Dietary restriction (DR), defined as reduced energy intake without malnutrition, confers protection against renal ischemia and reperfusion injury in animal models. This pilot study investigates for the first time the feasibility of pre-operative DR in the clinical setting. Live-kidney donors were randomized between pre-operative DR or ad libitum intake. Seventeen participants were instructed to follow a 30% calorie-restricted diet, followed by one day of water-only fasting prior to surgery. Thirteen participants were allowed to eat ad libitum pre-operatively. Ninety-four percent of the donors adhered to the diet, 31.4% reduction in caloric intake was achieved. Post-operative well-being, appetite and ability to perform daily tasks were not different between both groups. There was no difference in post-transplant graft function of kidneys obtained from DR donors or control donors as determined by serum creatinine levels during the first post-operative month and renograms at post-operative day one. This study shows that mild dietary restriction is feasible in the setting of live-kidney donation. No effect was observed regarding post-operative graft function. Additional studies are warranted to investigate the appropriate regimen of dietary restriction to protecting against ischemia and reperfusion injury, such as increasing the magnitude and/or duration of the reduction in daily caloric intake.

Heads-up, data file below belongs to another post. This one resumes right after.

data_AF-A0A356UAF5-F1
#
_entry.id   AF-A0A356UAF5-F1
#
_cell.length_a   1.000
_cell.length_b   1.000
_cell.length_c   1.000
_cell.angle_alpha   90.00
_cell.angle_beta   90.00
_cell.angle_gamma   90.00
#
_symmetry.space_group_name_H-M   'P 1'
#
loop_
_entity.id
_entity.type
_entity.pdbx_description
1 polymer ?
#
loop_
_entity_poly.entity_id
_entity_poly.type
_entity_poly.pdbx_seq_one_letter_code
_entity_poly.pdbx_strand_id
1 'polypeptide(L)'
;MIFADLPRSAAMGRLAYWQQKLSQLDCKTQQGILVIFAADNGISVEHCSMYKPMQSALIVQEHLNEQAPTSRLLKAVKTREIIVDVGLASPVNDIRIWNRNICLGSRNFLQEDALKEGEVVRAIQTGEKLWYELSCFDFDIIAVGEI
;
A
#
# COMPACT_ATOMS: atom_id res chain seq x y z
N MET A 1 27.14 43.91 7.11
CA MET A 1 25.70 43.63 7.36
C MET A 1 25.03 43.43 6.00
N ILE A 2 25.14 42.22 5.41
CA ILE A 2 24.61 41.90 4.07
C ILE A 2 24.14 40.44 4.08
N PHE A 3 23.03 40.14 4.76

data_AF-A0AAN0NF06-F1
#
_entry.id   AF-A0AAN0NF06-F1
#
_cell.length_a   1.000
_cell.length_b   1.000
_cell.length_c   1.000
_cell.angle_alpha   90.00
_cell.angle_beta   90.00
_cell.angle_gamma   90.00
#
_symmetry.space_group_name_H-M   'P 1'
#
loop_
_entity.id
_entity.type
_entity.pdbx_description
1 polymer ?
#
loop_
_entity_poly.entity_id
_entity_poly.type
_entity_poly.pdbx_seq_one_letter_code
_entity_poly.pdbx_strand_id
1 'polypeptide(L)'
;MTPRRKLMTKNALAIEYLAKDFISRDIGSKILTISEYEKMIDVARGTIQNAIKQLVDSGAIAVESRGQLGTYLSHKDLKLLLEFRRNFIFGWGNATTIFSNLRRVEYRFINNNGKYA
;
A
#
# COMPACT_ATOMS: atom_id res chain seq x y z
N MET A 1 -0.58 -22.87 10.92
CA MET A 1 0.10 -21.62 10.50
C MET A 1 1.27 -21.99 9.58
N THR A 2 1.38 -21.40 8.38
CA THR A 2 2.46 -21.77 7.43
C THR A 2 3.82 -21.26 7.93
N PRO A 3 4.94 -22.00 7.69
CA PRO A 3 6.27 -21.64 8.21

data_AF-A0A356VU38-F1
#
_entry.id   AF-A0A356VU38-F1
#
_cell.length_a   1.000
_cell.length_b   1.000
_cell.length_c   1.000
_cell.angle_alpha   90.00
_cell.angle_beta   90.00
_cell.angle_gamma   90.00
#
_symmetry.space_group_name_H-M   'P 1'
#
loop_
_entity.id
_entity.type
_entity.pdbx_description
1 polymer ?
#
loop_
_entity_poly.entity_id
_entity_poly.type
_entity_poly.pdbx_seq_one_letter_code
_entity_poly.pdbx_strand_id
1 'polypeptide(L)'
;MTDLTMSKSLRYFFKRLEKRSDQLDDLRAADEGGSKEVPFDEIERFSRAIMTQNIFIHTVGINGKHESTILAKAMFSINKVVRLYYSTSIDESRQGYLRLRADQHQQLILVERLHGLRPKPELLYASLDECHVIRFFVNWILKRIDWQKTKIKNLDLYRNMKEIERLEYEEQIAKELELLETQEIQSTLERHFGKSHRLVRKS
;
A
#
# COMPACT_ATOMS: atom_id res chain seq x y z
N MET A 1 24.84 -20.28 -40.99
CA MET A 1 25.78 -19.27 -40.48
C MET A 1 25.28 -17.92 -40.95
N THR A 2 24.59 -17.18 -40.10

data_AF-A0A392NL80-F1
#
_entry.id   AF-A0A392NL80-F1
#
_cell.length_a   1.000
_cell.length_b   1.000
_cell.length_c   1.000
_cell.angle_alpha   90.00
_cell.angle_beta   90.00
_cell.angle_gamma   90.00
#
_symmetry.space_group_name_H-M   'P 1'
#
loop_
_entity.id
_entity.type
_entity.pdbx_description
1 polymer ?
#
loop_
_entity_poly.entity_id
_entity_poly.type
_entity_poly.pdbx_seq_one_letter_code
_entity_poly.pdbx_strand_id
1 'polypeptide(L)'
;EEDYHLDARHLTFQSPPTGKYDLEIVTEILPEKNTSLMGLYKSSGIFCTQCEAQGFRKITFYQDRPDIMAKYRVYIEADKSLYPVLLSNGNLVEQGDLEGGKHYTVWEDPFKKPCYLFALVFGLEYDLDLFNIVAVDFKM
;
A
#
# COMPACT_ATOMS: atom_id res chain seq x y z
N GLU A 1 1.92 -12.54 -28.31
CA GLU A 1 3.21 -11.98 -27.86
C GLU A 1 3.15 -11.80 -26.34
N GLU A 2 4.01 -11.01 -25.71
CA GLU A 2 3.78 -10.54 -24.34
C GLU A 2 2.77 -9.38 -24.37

© 2010 John Wiley & Sons A/S.